Police say violence in teen relationships is happening – it’s just not being reported.
Detective Sergeant Dave Beattie, who is a family violence prevention coordinator, said he had not dealt with any cases of domestic violence involving couples aged under 17 years.
However, he suspected it was happening, but people were not speaking up about it.
“We don’t see a lot of it coming through but that’s largely because it’s not being reported,” he said.
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In 2015, 110,114 family violence investigations were recorded by New Zealand Police. However, it is widely known that about 75 per cent of domestic abuse is not reported.
In March, South Taranaki man Eruera Tanmare Mohi, 23, was jailed for two years for assaulting his girlfriend.
The couple had been together since the age of 14 and were the subject of numerous family violence call-outs over the course of their relationship, which were attended by police.
Last September, Mohi was stabbed in the chest by her, leaving him with life-threatening injuries. Six months later, after he recovered, he choked his partner almost to unconsciousness.
While Mohi has been classified as being a “high risk” offender, who is likely to target his partner with violence again, the couple plan to reunite when he gets out of prison.
In Beattie’s experience, domestic abuse victims did not disclose the extent of the abuse they had suffered in past relationships, including ones they might have had in their teenage years, until they were older and had a chance to get help.
However, the impact growing up in a violent home had on shaping people who go on to become perpetrators or victims of abuse was real.
Another modern influence on the lives of teens was technology, including easier access to pornographic material via the internet.
He said this created a “new norm” in terms of sexual expectations in teen relationships which he described as “unhealthy”.
Sergeant Jeff McGrath, of New Plymouth Youth Aid, said a high percentage of youth offenders his unit dealt with had been exposed to, or lived with, family violence.
“Family harm is the cancer of our society as far as I am concerned,” he said.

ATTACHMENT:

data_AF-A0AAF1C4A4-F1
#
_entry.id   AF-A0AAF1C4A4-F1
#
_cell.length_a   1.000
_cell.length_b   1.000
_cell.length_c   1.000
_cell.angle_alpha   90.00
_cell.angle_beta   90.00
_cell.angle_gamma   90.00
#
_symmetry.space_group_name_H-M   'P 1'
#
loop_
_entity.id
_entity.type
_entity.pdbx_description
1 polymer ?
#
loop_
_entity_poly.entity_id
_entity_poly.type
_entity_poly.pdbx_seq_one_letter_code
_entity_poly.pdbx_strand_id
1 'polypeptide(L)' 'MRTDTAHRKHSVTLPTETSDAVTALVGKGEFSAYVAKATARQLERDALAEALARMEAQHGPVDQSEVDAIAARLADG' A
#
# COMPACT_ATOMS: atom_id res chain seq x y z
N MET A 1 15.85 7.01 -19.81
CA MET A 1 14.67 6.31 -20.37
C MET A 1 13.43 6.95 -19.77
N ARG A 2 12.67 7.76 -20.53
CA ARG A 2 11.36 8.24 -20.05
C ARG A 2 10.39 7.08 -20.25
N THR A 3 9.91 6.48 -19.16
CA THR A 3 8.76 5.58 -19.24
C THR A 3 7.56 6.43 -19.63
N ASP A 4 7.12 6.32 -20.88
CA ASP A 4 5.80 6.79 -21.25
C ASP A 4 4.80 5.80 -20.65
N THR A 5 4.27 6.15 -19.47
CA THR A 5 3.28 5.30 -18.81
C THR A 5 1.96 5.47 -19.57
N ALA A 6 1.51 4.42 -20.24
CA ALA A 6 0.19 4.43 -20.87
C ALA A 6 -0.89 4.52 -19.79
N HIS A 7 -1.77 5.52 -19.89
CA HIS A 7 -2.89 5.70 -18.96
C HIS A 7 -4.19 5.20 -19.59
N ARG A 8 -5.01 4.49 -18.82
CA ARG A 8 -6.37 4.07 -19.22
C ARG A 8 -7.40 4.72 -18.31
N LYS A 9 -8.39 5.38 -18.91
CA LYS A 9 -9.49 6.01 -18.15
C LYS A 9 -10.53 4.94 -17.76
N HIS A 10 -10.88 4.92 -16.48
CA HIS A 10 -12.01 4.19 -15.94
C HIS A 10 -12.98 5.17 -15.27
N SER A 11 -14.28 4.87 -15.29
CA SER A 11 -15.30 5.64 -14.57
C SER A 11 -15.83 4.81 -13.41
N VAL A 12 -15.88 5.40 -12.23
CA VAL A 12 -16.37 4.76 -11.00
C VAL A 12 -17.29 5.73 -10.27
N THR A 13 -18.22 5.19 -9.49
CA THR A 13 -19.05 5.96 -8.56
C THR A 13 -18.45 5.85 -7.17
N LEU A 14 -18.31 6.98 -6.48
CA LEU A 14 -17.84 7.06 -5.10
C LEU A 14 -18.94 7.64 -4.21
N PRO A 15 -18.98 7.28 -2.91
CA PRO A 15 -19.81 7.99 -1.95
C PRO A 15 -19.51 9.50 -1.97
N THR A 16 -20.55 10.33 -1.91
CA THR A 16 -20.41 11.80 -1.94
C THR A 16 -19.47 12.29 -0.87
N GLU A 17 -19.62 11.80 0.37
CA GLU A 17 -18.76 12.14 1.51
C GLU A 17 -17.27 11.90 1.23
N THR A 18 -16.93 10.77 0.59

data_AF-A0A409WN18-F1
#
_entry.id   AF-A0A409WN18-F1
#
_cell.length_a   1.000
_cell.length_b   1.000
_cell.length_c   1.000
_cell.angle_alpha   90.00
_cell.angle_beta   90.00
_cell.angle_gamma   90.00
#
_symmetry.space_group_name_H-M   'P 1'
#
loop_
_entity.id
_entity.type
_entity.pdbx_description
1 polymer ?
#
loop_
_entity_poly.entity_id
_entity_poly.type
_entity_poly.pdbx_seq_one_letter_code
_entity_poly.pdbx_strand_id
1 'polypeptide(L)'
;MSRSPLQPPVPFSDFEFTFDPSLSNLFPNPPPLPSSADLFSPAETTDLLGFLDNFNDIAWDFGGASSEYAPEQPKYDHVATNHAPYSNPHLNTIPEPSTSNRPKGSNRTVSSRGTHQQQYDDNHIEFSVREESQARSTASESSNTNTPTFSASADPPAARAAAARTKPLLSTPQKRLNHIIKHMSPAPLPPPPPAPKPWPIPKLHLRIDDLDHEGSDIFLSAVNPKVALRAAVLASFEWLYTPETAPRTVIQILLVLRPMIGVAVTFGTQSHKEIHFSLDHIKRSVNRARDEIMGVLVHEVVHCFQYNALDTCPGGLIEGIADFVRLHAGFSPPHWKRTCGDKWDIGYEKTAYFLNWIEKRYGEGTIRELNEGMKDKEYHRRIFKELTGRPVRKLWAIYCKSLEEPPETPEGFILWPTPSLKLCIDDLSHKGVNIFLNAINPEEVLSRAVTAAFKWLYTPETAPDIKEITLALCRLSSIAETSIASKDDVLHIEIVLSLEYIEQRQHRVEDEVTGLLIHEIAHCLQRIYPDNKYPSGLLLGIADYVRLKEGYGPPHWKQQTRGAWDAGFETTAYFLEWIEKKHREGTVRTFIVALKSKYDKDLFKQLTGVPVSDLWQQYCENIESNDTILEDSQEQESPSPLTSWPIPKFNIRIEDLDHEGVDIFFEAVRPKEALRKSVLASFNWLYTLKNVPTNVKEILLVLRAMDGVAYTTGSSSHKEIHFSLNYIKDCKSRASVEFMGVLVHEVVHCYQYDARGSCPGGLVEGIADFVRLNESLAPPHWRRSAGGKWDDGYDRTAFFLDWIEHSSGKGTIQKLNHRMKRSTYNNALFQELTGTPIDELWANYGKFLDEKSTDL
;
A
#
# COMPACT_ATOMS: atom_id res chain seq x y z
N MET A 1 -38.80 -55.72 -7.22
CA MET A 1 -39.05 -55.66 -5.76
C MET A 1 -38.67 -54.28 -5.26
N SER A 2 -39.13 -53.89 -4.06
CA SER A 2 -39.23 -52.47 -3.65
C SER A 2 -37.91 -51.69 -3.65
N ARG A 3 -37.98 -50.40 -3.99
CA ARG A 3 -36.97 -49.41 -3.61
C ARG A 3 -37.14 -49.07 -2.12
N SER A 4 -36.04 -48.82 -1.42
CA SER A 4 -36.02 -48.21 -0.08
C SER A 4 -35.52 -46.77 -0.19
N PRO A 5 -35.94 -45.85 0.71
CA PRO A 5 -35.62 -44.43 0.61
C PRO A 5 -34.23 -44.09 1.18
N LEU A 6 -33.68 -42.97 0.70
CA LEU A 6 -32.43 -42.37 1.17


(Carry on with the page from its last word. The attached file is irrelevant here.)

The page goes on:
However, McGrath said it was uncommon for teens to be charged as perpetrators of domestic violence.
He was aware of one youth offender who had assaulted his parents but violence in intimate teen relationships had not yet appeared on youth aid’s radar.
Sarah Maindonald, the New Zealand Association of Counsellors’ school guidance portfolio manager, said she had worked with a handful of Year 12 couples where violence had been an issue in their relationship.
But among the younger age group verbal put downs and psychological abuse were more common, with the targets often being within their peer group.
“Certainly there’s aspects of power and control in the use of social media and the way that young people use that in an abusive way,” she said.
Programmes are available in secondary schools which focus on teaching students the signs of sexual or dating violence. This includes the ACC funded programme known as Mates and Dates, which targets Year 9-13 students.
However, less than a quarter of secondary schools were currently using it, reaching between 15,000 and 20,000 students.
Do you need help?
Taranaki * Youth Service New Plymouth: 0508 496 884 * Tui Ora: 06 759 4064 * Tu Tama Wahine o Taranaki: 06 758 5795
Nationwide * If you are in immediate danger, dial 111 and ask for police * Oranga Tamariki/Ministry for Vulnerable Children: 0508 326 459 * The Family Violence information line: 0800 456 450